Governor Tim Pawlenty backed up Health Commissioner Dianne Mandernach on Wednesday, even as Iron Range lawmakers called for her resignation over the yearlong delay in the release of data on nearly three dozen cancer cases among miners.
The data came out in March, but the delay wasn’t reported until this week.
Iron Range legislators are incensed, and two of them – Rep. Tom Rukavina and Sen. David Tomassoni – held a news conference outside Pawlenty’s office to call for her resignation. They were joined by Sen. John Marty, who heads a Senate health policy committee.
Health Department research discovered 35 cases of a rare lung cancer linked among miners in March 2006 – double the number of mesothelioma cases previously identified. Union leaders and Iron Range politicians said the 4,000 current miners should have been told sooner about the new findings. Iron Rangers have long worried about health problems related to the mining industry.
“If it had been known a year ago we could have got a jump start on this,” said Rep. Tom Rukavina, DFL-Virginia, one of nine lawmakers to push for Mandernach’s resignation. “I mean, these are people’s lives on the line, and to delay it for a year makes no sense. I don’t understand.”
Pawlenty spokesman Brian McClung said Mandernach shouldn’t have waited a year to release the findings. McClung said she made an “error in judgment” but it doesn’t mean she should lose her job.
“Commissioner Mandernach has apologized. She has admitted that in retrospect they should have released this information sooner. And in light of her years of service as health commissioner and looking at the totality of her public service, we do not believe this rises to the level of termination,” McClung said.
Pawlenty appointed Mandernach to her $108,400-a-year position in 2003. Before that, she headed a health center in Moose Lake.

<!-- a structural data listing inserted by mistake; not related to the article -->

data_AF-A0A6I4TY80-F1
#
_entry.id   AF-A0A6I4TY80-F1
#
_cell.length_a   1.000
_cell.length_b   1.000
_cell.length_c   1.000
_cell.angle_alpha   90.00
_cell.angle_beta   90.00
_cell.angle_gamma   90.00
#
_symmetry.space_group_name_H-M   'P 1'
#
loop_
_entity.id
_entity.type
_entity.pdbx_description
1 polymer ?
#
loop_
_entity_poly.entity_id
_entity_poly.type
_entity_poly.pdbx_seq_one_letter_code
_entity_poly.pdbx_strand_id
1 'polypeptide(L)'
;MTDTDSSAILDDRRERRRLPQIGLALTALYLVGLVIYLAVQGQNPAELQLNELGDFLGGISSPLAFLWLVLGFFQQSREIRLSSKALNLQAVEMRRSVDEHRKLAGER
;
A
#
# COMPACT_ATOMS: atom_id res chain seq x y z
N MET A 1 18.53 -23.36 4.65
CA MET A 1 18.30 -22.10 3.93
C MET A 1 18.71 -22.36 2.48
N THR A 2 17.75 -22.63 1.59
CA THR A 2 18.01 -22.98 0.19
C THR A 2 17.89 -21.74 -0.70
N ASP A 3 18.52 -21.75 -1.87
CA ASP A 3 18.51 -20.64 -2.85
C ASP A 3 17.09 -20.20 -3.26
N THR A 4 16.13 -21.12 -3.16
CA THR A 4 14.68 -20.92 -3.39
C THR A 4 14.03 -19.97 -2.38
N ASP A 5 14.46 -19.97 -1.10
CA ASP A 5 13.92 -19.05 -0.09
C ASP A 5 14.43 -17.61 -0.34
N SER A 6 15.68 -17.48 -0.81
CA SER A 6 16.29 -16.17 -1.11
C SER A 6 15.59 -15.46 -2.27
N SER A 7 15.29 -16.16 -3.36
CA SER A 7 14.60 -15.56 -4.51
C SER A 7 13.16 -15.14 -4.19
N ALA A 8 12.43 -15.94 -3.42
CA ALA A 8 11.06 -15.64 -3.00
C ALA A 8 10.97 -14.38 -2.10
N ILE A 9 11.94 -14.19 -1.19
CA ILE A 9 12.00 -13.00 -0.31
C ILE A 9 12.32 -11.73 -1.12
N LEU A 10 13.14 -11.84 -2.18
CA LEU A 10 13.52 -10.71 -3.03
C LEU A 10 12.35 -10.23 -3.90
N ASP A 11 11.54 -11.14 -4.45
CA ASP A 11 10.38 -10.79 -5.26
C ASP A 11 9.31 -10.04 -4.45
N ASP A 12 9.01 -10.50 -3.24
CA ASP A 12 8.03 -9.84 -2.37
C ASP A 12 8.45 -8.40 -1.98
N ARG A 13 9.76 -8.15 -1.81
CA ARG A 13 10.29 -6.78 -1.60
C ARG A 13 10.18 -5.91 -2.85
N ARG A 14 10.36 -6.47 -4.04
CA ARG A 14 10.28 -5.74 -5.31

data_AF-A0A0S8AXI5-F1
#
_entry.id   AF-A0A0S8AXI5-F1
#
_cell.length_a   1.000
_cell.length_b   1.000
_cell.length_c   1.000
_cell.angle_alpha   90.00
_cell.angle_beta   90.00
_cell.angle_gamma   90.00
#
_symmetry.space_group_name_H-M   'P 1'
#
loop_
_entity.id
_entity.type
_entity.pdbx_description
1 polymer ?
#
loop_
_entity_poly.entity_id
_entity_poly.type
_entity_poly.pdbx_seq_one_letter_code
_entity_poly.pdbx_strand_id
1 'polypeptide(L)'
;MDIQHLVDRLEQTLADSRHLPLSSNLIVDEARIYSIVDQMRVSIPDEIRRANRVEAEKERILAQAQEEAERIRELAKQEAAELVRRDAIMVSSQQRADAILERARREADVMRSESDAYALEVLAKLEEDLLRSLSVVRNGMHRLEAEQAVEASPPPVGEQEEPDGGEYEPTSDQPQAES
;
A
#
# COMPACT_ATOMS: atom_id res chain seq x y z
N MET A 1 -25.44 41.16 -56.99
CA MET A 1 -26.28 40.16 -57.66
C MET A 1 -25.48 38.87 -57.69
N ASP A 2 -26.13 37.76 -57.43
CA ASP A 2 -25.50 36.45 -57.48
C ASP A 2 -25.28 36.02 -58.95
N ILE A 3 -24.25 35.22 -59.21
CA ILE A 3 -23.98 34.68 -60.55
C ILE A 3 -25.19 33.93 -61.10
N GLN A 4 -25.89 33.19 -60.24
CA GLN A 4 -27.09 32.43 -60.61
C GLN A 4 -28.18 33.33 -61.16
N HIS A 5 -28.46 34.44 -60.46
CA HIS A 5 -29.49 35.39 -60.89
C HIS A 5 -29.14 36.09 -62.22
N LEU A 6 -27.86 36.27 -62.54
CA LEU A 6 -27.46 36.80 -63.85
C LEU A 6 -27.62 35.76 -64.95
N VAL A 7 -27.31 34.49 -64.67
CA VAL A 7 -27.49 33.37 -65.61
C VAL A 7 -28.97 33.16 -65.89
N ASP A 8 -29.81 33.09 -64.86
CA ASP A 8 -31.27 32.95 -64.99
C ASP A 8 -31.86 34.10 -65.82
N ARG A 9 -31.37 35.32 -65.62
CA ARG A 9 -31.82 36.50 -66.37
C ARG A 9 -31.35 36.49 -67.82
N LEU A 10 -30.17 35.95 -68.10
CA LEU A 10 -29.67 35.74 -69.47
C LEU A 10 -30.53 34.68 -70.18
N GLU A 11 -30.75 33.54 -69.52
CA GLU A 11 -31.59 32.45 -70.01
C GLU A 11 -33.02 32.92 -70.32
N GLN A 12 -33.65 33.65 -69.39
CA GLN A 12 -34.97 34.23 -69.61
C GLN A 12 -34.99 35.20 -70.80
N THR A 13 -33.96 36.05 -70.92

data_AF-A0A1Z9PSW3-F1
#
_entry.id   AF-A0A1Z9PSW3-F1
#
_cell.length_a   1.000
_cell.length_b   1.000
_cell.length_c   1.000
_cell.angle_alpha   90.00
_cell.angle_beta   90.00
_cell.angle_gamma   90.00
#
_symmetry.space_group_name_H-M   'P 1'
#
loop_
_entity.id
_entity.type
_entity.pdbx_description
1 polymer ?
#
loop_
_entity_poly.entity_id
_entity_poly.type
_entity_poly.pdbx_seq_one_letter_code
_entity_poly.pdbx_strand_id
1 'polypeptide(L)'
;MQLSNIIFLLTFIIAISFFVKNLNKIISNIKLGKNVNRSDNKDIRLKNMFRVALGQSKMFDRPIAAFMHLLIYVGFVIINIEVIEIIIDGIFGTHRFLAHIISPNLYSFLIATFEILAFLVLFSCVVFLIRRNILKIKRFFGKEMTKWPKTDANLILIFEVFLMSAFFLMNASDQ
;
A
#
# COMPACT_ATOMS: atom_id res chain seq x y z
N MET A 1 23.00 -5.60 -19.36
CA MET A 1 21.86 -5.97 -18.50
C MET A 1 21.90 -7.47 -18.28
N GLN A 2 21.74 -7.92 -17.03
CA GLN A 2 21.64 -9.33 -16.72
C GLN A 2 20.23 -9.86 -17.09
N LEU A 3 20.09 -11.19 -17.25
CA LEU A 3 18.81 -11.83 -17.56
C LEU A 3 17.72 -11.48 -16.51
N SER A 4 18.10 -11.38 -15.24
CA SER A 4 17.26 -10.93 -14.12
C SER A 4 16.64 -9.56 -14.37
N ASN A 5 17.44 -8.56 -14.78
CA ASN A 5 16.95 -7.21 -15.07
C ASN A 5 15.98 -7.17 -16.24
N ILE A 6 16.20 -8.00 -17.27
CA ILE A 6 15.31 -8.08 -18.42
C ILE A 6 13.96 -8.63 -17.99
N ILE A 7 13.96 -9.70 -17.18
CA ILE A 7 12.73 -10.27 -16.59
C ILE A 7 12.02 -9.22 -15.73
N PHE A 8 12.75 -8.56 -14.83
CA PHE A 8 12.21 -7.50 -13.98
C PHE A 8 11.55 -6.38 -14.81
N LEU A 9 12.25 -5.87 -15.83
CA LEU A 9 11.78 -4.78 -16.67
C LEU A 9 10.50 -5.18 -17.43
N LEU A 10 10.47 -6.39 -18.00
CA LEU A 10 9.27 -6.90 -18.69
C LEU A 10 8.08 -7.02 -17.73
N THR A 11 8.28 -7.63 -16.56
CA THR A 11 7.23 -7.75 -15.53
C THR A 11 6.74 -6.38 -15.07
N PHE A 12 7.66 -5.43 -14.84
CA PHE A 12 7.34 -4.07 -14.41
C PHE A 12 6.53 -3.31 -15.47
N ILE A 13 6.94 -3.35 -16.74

McClung said Pawlenty’s chief of staff, Matt Kramer, relayed the concerns about the delayed data release to Mandernach in a phone call, but the governor hasn’t spoken with her directly.
Marty has asked Mandernach to testify about the cancer data before his Senate Health, Housing and Family Security Committee. Both Marty and McClung said they expect Mandernach to appear at a yet-to-be-scheduled hearing.
Mandernach initially said the department needed time to plan more studies.
Four years ago, a much-disputed Health Department study linked the mesothelioma cases known at the time to exposure to commercial asbestos in mining equipment. But miners and others have been pushing for more study of taconite dust produced by mining and processing.
Identifying the source of the cancer is critical so workers can be screened and precautions taken, said Tomassoni, DFL-Chisholm.
“It’s very important to us and the people of the Iron Range, the workers who are working up there, to find out what the cause is of this disease,” he said.
Rukavina questioned whether Mandernach or someone above her made the call to sit on the new cancer data. McClung said the governor’s office didn’t know the Health Department waited to release the information, and didn’t agree with the decision.